Wednesday, March 23, 2011

The good, the bad and the honest truth

I subscribe to a bunch of China adoption message boards, and enjoy them all. But with all the challenges we have faced with Quinn, and with all the challenges most all adoptive parents I know have faced, it worries me just a little to see so many people jumping into international adoption without an apparent understanding of what MIGHT not go according to plan.

Before Quinn came home, I read time and time and time again that kids may be behind when you meet them but they'll catch up practically instantly, like when you're still in China. Um, not in our case. I stupidly expected that because I had read it so often, and I really panicked when it didn't happen.

So the other day a prospective parent posted a message to one of the boards asking for advice. One of her concerns was which SNs might work best for her family because they already have a special-needs child. In our case, the SN is not the issue, it's Quinn's 16 months of institutionalization that left him so challenged in so many ways.

I truly don't want to scare anybody waiting to adopt, but I think it's vitally important that we're all aware of the negatives along with the positives. So here's what I wrote to the prospective mom, and here's what I believe more every day:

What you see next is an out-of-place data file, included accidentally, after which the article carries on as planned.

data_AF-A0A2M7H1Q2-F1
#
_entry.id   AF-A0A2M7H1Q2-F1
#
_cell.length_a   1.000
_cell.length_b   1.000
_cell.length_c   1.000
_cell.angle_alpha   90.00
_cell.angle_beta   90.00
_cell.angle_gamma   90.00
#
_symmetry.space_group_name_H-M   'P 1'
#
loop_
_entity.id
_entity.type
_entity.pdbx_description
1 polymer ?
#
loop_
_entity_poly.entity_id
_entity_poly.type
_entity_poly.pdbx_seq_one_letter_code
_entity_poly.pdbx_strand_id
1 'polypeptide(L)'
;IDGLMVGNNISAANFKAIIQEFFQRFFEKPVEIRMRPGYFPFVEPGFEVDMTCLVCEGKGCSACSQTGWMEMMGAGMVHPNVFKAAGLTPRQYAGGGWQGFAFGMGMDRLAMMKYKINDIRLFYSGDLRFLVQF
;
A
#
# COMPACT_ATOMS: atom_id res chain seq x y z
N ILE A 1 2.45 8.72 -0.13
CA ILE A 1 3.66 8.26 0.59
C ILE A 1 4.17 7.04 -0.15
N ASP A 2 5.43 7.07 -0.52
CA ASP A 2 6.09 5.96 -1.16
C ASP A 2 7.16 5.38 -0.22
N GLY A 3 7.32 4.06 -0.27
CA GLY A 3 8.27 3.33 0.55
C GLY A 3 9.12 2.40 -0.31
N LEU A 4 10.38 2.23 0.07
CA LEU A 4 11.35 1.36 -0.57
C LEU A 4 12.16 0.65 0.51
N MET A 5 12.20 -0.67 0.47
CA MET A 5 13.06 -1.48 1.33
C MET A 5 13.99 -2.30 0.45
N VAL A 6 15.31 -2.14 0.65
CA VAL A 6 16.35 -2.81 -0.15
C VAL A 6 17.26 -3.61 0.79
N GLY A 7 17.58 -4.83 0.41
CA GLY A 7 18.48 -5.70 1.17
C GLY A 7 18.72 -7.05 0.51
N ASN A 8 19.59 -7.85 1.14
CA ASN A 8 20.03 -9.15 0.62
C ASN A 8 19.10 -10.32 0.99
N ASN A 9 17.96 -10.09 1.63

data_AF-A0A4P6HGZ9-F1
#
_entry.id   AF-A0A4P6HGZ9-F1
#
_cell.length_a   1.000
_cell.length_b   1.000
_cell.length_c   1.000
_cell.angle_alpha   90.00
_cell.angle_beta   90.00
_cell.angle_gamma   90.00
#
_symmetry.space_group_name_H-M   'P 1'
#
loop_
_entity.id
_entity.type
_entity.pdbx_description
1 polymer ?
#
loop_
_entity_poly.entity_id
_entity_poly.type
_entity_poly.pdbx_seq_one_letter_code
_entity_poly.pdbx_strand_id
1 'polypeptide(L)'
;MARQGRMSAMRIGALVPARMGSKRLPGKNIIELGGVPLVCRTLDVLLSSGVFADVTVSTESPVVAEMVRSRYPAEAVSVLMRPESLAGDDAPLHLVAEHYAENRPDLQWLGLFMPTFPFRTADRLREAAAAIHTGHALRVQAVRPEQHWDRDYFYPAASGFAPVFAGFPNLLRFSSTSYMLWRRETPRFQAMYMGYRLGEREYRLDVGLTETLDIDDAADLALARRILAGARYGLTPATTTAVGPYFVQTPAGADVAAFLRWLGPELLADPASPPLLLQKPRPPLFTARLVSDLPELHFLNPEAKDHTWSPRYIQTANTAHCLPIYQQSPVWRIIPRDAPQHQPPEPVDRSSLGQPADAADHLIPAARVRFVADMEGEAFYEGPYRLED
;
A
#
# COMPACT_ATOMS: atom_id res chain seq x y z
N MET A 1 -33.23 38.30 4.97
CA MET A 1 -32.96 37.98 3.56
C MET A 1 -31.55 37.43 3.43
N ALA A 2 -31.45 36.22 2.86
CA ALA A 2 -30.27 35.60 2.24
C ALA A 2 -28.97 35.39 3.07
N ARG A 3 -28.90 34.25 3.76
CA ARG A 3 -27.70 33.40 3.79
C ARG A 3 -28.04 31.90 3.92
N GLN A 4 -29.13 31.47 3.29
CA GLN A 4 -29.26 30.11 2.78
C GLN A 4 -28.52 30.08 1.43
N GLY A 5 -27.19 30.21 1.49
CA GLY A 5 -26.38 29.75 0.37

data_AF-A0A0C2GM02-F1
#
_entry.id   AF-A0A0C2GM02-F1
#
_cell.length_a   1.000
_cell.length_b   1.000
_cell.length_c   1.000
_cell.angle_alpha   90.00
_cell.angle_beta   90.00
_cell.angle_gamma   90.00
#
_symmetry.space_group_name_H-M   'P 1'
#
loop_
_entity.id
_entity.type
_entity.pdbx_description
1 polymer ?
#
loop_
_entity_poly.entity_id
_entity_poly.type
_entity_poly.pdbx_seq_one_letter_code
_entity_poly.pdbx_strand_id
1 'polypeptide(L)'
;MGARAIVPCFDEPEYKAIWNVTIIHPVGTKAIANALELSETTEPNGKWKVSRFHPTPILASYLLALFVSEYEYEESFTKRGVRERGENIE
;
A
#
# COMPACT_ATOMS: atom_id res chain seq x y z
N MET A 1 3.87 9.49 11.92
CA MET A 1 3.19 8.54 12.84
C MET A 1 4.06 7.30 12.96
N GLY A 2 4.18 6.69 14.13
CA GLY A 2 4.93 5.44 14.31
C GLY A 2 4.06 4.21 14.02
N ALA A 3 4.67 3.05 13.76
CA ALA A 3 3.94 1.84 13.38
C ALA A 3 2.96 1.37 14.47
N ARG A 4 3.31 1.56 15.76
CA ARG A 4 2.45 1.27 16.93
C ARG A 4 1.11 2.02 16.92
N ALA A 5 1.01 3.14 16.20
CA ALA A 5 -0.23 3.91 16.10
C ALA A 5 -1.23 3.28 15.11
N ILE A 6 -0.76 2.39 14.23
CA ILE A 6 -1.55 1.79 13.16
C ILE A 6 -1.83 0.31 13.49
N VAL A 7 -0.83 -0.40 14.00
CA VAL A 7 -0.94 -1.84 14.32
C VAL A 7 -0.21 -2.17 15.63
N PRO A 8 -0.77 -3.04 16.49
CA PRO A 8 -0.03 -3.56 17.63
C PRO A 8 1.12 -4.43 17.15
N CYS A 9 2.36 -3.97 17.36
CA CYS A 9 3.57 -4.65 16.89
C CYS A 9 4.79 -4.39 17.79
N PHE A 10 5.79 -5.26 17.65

Let me preface this by saying that adopting my son was the smartest thing I ever did, and my life is changed immeasurably for the better from having him in it. I would not change a thing and I love, love, love being a mom to this incredible child.

Next I will say that now more than ever, I think it's vital in international adoption to prepare the worst and pray for the best. When I say now more than ever, what I mean is that from what I've read, China's orphanages increasingly are filled with special needs kids, many with visible differences. Many people in China still consider people who look differently to be "unlucky," and sadly, some of those people work in orphanages and are caring for kids. That means it's possible that some of the kids in orphanages today are not getting the care that kids in orphanages even a few years ago got. I don't mean medical care - I mean someone to hold them and coo at them and make faces and sounds at them. All the stuff that fosters healthy development.